AntiVirus Protection against Ransomware

Because Ransomware uses the same secret paths as other malware, the proven recipes are enough to defend itself. Use an antivirus program, either a free or one of our test candidates. All programs in the test can scan emails for malicious attachments and block them. If you clicked on a dangerous link, there is still a chance. All test candidates have browser plug-ins that can prevent dangerous sites from loading. With a little luck, the plugin recognizes the imminent danger. Otherwise, advertising and script blockers such as Noscript and Adblock Plus are the last line of defense. Still, the most important tool remains common sense as always: If an e-mail appears suspicious, you should delete it and not open it in the first place. The same applies to obscure web links. Important: Patch your operating system, browser and other programsy. This reduces the chance of becoming a victim of an exploit kit. Some programs in the test field can check the system for outdated software and thus reduce the risk of infection.

And if you did download a Trojan horse

Even then you still have a chance with the candidates in our test field. All antivirus programs can detect malware by its behavior, for example when it starts to encrypt files in the background. One example is Bitdefender Total Security 2017, which specifically monitors document and image folders and prevents encryption…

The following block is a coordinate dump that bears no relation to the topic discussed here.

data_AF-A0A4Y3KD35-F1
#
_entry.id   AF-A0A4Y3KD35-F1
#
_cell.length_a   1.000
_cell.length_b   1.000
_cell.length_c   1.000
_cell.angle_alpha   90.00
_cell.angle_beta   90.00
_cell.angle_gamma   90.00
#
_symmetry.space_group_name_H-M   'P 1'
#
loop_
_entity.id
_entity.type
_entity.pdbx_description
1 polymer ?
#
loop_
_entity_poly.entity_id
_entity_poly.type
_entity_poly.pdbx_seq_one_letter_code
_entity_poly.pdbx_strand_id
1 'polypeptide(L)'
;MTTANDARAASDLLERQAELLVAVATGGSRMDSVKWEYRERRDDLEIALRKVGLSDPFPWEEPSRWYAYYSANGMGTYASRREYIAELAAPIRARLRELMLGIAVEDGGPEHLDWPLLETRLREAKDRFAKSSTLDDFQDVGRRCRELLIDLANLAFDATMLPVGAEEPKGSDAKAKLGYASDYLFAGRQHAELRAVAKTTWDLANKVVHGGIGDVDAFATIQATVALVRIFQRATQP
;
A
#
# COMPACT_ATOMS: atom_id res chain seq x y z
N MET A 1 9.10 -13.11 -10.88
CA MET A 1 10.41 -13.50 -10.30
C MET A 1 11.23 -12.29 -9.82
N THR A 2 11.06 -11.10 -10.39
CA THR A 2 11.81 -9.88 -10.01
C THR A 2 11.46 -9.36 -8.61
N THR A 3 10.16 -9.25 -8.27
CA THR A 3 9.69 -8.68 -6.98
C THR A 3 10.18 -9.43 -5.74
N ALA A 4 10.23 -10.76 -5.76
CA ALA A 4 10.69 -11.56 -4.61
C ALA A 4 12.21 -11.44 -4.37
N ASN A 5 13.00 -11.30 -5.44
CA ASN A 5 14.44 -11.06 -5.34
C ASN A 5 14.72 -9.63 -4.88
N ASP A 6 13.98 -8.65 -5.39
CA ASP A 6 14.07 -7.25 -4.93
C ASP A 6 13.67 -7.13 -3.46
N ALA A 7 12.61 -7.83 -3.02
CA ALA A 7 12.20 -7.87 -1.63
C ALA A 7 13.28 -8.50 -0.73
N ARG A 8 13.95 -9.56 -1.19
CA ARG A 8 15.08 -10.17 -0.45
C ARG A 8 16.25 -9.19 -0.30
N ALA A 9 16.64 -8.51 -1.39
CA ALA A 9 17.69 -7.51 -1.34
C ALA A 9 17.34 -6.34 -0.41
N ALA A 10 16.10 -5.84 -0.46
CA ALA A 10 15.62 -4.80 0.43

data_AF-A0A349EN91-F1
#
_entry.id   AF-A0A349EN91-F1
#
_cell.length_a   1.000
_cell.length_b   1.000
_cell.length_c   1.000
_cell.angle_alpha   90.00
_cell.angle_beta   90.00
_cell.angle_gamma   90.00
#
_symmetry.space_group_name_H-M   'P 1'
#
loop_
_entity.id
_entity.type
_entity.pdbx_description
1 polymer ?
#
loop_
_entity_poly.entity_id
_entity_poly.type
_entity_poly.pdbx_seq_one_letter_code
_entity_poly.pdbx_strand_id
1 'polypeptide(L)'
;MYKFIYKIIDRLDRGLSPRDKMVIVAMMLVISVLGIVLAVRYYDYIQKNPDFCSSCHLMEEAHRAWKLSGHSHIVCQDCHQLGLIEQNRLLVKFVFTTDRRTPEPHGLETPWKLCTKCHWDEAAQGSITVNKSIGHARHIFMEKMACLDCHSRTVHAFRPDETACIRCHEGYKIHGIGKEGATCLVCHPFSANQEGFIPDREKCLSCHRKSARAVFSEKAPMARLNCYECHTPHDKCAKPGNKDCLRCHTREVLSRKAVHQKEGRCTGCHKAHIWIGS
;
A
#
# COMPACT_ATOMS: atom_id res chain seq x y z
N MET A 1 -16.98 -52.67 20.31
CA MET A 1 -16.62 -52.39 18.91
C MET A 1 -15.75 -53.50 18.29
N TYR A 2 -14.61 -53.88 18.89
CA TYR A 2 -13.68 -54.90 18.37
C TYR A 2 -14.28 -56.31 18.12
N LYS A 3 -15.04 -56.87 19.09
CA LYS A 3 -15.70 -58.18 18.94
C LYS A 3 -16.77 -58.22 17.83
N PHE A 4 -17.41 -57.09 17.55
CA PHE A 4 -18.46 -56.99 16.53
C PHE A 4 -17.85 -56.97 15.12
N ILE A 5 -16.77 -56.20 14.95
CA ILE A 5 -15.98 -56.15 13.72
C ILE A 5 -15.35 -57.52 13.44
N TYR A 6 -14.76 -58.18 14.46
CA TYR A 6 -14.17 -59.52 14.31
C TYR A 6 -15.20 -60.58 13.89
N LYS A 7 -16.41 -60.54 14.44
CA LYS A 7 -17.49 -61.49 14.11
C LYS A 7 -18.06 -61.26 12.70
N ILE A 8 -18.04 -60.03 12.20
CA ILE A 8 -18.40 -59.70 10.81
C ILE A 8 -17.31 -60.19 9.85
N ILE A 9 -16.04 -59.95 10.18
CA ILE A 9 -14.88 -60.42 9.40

But what happens if the malware has passed the virus scanner and actually encrypted files? Then it’s time to keep calm and not pay a ransom. Now you need a good backup of your important data. Yet, make sure that your backup software is set up to hold many versions of your backed-up files. Should the encryption of your files have started without you noticing, could your intact files be overwritten by backups of encrypted filesEven if your data is encrypted and any backup is missing, there is still a glimmer of hope. Many security companies provide decryption tools that allow you to recover many infected files.

Focus on intelligent devices

The Internet of Things (IoT), i.e. computerised household appliances ranging from surveillance cameras to heating control systems, have long been the focus of safety experts. This is because with some devices, manufacturers have neglected safety. This was made clear by the actions of the Mirai botnet in September and October of this year. At the end of September 2016, security expert Brian Krebs’s site was attacked by thousands of IoT devices. The attacks were so violent that the site had to be taken off the net. In October, the Internet service provider Dyn was the victim. As a result, there were disruptions at major online companies such as Amazon, Twitter, Github and Airbnb. According to Brian Krebs, among the infected devices were not only classical IoT devices, but also printers and routers.
 
The incident shows that anti-virus programs today need to protect not only the PC, but the entire home network. An entry gate is, for example, the domestic ADSL router with which most devices are connected. That’s why we’ve included functions for scanning routers in the evaluation this year.